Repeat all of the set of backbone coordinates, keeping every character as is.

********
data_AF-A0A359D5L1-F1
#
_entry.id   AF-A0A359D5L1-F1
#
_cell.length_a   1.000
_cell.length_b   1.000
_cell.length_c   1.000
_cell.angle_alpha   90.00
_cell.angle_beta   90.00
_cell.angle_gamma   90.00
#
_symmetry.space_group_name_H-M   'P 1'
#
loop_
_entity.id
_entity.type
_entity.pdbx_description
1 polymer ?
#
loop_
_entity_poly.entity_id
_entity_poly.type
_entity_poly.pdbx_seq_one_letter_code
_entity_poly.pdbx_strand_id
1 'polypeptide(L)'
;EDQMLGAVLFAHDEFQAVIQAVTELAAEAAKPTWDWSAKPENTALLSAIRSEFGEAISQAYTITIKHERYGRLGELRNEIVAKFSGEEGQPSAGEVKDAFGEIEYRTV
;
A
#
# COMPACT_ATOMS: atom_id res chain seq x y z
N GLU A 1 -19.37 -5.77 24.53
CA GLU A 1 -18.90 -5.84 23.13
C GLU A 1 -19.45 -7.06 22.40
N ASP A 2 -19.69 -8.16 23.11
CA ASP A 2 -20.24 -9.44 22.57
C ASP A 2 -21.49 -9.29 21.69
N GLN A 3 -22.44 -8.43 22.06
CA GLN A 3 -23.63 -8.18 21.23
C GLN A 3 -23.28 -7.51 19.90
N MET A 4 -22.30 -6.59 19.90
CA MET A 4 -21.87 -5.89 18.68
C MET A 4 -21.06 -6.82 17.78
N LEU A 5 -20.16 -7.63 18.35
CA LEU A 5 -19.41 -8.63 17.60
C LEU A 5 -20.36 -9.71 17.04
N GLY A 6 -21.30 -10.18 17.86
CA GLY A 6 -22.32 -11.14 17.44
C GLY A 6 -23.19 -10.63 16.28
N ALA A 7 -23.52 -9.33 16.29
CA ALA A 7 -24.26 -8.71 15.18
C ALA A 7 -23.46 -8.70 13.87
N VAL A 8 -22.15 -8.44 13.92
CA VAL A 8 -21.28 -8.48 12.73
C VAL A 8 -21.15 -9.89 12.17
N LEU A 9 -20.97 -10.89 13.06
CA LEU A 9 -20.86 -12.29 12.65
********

data_AF-A0A359D5L1-F1
#
_entry.id   AF-A0A359D5L1-F1
#
_cell.length_a   1.000
_cell.length_b   1.000
_cell.length_c   1.000
_cell.angle_alpha   90.00
_cell.angle_beta   90.00
_cell.angle_gamma   90.00
#
_symmetry.space_group_name_H-M   'P 1'
#
loop_
_entity.id
_entity.type
_entity.pdbx_description
1 polymer ?
#
loop_
_entity_poly.entity_id
_entity_poly.type
_entity_poly.pdbx_seq_one_letter_code
_entity_poly.pdbx_strand_id
1 'polypeptide(L)'
;EDQMLGAVLFAHDEFQAVIQAVTELAAEAAKPTWDWSAKPENTALLSAIRSEFGEAISQAYTITIKHERYGRLGELRNEIVAKFSGEEGQPSAGEVKDAFGEIEYRTV
;
A
#
# COMPACT_ATOMS: atom_id res chain seq x y z
N GLU A 1 -19.37 -5.77 24.53
CA GLU A 1 -18.90 -5.84 23.13
C GLU A 1 -19.45 -7.06 22.40
N ASP A 2 -19.69 -8.16 23.11
CA ASP A 2 -20.24 -9.44 22.57
C ASP A 2 -21.49 -9.29 21.69
N GLN A 3 -22.44 -8.43 22.06
CA GLN A 3 -23.63 -8.18 21.23
C GLN A 3 -23.28 -7.51 19.90
N MET A 4 -22.30 -6.59 19.90
CA MET A 4 -21.87 -5.89 18.68
C MET A 4 -21.06 -6.82 17.78
N LEU A 5 -20.16 -7.63 18.35
CA LEU A 5 -19.41 -8.63 17.60
C LEU A 5 -20.36 -9.71 17.04
N GLY A 6 -21.30 -10.18 17.86
CA GLY A 6 -22.32 -11.14 17.44
C GLY A 6 -23.19 -10.63 16.28
N ALA A 7 -23.52 -9.33 16.29
CA ALA A 7 -24.26 -8.71 15.18
C ALA A 7 -23.46 -8.70 13.87
N VAL A 8 -22.15 -8.44 13.92
CA VAL A 8 -21.28 -8.48 12.73
C VAL A 8 -21.15 -9.89 12.17
N LEU A 9 -20.97 -10.89 13.06
CA LEU A 9 -20.86 -12.29 12.65